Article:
Do We Have To Go To Church? 4

For a short time I was out of the pastor’s role. My family and I had no church home. We got up on Sunday morning asking ourselves what church we were going to go to that day. Some mornings it was difficult to be enthusiastic about going to any church.  Although this time lasted only a few months, we found it surprisingly easy to ask what time the game would be on that day and adjust our schedule accordingly. Some churches we liked; some that we liked presented other problems; others we knew we wouldn’t attend again. But during those months our family learned an important lesson: under grace, people choose to attend worship. And, of course, that means they can choose not to. When we finally settled on a church, we attended more or less regularly.

I will confess that we found a very large church in our community and sat in the back.  We had been pretty well beat up.  We just wanted to find a place to worship God without all the #@*%.  We were welcomed with kindness and allowed to maintain as much distance as we wanted.  I have known the pastor for well over 20 years and he didn’t push anything on us.  He just loved us.  It was great!

We enjoyed worshiping at our new church. We appreciated the teaching. Our hearts were drawn to the Lord. Our boys enjoyed attending with us. In general, worshiping at our new church was a very good experience. So it was easy for us to attend. But what if it wasn’t? Would we have attended if, in the morning, we found ourselves dreading the event? I doubt it. With no preacher to remind us of the “dangers” of our delinquency, and with our understanding of God’s love and grace, we were free to choose whether or not to attend a worship service. This in no way violated the scriptural admonition for us to continue to meet with other believers. Most of our friends are believers and we enjoyed many facets of church life and gathering.

 

Comments?

dave@gracefortheheart.org

2 Comments

Filed under Church, grace, Legalism

2 responses to “Do We Have To Go To Church? 4

  1. graceandgiggles

    Such interesting stuff Dave! Church has been a bone of contention for me. On levels and facets I’m probably not even aware of. My mother tells me of a story, that I do not personally recall. I was about 12 or 13 years old. My mother, siblings and I were attending a church for a few years after my parents separated. She and I were sitting in the pew (before service I presume), when I said (in all my teenage angst, anger and bewilderment), “Why do we even come to this place?” And my mother remembers the older gentleman in front of us, turning around slowly, peering over his shoulder at us, with that look in his eye that couldn’t even believe I could say such a thing.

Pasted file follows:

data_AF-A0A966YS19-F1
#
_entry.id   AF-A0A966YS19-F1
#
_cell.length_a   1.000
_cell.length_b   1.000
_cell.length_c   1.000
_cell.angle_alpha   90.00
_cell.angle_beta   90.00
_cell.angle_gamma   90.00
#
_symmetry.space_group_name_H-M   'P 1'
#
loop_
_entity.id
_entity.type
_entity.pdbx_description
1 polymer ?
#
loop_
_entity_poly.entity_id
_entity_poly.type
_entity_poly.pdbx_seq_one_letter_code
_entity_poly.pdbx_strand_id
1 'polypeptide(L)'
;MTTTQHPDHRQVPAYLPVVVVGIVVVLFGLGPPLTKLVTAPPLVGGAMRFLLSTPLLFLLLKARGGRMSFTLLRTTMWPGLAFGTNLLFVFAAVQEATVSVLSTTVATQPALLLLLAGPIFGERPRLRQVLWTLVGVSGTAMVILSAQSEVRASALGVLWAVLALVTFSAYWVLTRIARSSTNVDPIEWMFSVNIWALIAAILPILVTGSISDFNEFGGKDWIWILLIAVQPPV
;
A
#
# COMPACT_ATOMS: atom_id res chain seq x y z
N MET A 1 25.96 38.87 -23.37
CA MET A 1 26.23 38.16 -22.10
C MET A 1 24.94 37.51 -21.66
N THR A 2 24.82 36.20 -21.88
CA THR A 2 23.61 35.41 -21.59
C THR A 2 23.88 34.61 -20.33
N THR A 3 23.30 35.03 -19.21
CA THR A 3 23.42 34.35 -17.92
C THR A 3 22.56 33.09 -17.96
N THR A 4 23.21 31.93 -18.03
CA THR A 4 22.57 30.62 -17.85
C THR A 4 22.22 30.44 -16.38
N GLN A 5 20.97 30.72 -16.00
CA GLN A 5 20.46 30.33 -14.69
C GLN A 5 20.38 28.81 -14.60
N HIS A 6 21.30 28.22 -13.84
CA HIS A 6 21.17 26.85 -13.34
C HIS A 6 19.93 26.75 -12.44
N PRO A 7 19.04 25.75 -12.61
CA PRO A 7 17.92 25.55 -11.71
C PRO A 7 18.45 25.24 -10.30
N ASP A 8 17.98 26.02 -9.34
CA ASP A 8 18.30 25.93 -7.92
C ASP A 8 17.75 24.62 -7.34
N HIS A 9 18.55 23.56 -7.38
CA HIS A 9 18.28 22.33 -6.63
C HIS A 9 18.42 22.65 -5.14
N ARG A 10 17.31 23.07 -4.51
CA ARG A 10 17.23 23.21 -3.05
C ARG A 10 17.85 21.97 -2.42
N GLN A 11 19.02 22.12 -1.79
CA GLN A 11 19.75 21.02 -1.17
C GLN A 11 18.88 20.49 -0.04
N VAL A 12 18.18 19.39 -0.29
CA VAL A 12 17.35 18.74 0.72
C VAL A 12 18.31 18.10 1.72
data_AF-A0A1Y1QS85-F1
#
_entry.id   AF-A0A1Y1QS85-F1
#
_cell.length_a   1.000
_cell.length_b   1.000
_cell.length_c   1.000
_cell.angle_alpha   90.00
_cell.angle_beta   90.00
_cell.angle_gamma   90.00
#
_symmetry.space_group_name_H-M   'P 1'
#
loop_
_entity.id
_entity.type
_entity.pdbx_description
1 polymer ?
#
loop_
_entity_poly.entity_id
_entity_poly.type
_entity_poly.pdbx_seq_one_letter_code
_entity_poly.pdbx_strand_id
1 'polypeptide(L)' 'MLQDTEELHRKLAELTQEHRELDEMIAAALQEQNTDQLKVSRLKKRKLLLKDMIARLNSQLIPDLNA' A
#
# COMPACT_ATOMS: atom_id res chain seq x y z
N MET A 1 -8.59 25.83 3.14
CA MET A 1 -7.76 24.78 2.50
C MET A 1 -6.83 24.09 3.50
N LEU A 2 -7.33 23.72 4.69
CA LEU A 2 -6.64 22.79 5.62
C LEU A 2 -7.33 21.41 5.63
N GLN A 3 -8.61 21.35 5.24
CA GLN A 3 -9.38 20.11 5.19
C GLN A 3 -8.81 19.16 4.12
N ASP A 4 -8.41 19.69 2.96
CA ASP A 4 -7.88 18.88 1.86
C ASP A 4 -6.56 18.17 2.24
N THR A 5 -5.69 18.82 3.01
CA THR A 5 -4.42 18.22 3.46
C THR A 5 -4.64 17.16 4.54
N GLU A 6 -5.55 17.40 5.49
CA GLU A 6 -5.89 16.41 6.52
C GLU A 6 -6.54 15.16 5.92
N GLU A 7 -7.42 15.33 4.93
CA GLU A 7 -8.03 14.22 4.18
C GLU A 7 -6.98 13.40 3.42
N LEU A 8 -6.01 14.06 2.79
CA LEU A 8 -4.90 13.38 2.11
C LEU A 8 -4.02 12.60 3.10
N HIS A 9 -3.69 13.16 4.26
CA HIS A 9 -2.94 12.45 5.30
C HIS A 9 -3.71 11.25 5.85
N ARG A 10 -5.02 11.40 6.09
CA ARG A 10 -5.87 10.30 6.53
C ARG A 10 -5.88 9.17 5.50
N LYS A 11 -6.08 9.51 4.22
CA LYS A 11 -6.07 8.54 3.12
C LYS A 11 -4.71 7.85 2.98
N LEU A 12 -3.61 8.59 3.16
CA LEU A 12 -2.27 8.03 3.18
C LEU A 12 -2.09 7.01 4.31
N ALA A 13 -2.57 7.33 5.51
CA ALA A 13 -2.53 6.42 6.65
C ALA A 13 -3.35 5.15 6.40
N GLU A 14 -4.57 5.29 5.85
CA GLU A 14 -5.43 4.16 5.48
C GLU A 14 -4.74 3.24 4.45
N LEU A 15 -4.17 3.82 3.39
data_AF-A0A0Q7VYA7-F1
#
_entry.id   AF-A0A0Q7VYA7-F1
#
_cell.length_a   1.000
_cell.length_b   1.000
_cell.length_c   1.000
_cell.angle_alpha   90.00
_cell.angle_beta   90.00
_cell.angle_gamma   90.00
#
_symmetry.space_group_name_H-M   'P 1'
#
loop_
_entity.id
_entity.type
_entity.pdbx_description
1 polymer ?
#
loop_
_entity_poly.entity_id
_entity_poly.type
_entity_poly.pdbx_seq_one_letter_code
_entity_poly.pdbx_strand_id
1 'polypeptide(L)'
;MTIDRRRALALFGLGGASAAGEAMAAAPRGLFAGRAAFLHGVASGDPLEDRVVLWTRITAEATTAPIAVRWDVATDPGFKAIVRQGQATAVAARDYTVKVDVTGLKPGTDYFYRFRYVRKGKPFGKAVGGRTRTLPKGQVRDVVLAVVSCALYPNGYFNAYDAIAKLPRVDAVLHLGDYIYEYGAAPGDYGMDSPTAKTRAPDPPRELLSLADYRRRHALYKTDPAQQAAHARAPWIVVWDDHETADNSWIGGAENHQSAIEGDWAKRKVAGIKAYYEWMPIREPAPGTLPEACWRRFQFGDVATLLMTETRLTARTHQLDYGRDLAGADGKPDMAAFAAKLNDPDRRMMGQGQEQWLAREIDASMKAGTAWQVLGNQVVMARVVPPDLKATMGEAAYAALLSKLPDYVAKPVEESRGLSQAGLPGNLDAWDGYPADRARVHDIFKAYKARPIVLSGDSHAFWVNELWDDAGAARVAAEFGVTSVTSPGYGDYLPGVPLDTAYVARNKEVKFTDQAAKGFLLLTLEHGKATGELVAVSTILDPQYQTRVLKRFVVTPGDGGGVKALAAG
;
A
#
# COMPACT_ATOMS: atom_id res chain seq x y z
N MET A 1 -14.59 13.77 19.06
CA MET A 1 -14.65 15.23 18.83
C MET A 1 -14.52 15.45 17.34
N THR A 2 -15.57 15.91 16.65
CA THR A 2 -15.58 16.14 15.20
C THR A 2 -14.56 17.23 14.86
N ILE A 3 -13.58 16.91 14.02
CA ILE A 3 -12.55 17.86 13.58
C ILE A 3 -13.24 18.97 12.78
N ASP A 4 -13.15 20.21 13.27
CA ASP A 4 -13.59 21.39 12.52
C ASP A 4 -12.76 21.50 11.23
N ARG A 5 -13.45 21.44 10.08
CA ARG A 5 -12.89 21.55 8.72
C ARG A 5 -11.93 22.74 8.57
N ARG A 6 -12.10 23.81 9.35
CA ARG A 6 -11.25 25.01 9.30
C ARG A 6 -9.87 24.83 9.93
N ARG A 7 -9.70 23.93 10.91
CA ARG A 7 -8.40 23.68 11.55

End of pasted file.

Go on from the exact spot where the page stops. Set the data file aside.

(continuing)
My mom shared that story with me just a couple of years ago, and emotions rushed through me that I didn’t know what to do with. I felt anger towards this man, as if he knew the falling out of my Christ believing family. I felt utter sadness for my childhood self. And I felt shame for my mom. As if being a divorced woman in the early 80’s wasn’t hard enough, she had to have an angry, vocal rebel for a daughter.

    There very well could be a time in my life here on earth when I attend a church regularly. But until then, I will seek to know God more and more each day.

    • Oh no! It’s THE GLARE! Beware children – it’s coming for you!
      I can just picture this happening. If it hadn’t hurt your mom, it would be funny. But the point is that it was meant to hurt. He probably thought he was doing something righteous. How very sad!
      Yep, I can see why going to church would become a negative…

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